The Tablet Takeover Is Here — Let’s Take a Look

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The computer world is experiencing a tablet takeover – and the PC world as we know it may be fading away. At least, that’s what the latest numbers show after the first quarter this year.

The latest IDC report shows a significant surge of 142.4 percent in global sales since this time last year with 49.2 million shipments the opening months of 2013, according to the latest IDC report. These numbers already surpass the total shipments for the entire first half of 2012.

Design & Trend says such massive growth is due to the consumers’ preferences for small-screen devices over PCs.

But the issue may not be about the rise of tablet popularity, but about the decline of PCs. Yahoo News breaks down the latest numbers from IDC’s first quarter report, “PC shipments posted their “steepest decline ever in a single quarter” in Q1 2013, as the 76.3 million PCs shipped represented a 13.9% decline from Q1 2012.”

Financial Times says Windows 8 has actually hurt the PC market as its introduction contributed to “the worst quarter since IDC’s records began in 1994.”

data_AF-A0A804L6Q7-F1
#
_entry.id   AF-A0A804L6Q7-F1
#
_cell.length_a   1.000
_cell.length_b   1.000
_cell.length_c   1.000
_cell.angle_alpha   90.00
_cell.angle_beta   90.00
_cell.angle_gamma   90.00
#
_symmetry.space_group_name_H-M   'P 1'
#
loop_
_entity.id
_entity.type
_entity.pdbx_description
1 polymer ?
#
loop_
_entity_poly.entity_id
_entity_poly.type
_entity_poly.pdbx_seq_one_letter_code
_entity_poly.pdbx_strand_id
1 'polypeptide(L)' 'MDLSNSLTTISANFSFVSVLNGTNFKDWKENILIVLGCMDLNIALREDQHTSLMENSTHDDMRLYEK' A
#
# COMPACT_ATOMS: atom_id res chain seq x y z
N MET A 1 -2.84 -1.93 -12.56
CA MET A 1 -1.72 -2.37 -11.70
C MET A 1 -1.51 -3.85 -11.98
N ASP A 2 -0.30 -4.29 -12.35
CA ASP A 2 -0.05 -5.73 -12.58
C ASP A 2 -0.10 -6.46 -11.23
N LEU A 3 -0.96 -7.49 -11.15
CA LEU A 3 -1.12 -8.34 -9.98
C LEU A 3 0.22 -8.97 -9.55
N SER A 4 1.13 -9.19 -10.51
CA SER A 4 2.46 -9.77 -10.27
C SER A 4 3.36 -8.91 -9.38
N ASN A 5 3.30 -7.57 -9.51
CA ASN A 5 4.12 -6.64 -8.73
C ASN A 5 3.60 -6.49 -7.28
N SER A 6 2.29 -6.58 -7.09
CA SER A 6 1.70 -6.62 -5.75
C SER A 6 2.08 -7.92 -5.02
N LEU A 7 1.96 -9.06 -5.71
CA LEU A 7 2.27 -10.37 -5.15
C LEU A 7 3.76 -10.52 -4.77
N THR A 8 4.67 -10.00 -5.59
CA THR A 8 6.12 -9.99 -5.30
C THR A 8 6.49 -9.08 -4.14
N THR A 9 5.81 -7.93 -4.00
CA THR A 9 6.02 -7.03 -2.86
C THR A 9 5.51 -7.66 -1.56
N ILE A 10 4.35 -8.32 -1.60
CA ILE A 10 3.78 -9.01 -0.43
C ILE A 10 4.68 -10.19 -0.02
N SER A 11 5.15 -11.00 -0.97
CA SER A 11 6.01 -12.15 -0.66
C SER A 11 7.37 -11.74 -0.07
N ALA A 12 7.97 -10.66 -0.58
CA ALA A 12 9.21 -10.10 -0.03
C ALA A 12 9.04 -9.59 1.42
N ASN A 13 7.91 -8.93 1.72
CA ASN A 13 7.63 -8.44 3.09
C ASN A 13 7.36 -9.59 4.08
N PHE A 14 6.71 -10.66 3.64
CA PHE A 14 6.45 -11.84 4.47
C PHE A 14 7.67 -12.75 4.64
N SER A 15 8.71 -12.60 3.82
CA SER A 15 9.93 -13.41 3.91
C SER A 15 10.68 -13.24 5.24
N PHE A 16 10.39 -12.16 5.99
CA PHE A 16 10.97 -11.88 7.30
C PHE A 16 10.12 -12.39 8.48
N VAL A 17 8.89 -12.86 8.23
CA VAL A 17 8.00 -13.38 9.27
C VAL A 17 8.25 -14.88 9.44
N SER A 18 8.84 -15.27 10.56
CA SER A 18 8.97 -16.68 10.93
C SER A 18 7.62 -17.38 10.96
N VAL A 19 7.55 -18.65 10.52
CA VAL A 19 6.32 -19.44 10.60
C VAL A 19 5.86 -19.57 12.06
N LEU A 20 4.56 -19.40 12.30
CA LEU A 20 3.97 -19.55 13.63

For many reasons, PC makers have failed in providing any competitive advantages to the rise of tablets and TIME Tech notes, “the overriding reason is that selling a tablet is not at all the same as selling a laptop. Being successful doesn’t just require good hardware, it also requires differentiated software (not to be confused with bloatware), ultra-competitive prices and tons of advertising. PC makers aren’t known for any of those things, and it’s hard to see how that’ll change.”

Sure, the portability and convenience of tablets and other mobile devices carry much of the advantage, but Forbes explains there are some qualities of PCs that just cannot be replaced… yet.

“It’s not just my main programs like Microsoft Office that I like, but also lots of little utilities, such as the ones that let me redefine certain keys, or allow me to capture and easily edit portions of the screen. I know there are tablet apps that do some of these same things, and eventually I may shift more of my work to tablets, but I find these apps convenient and even comforting.”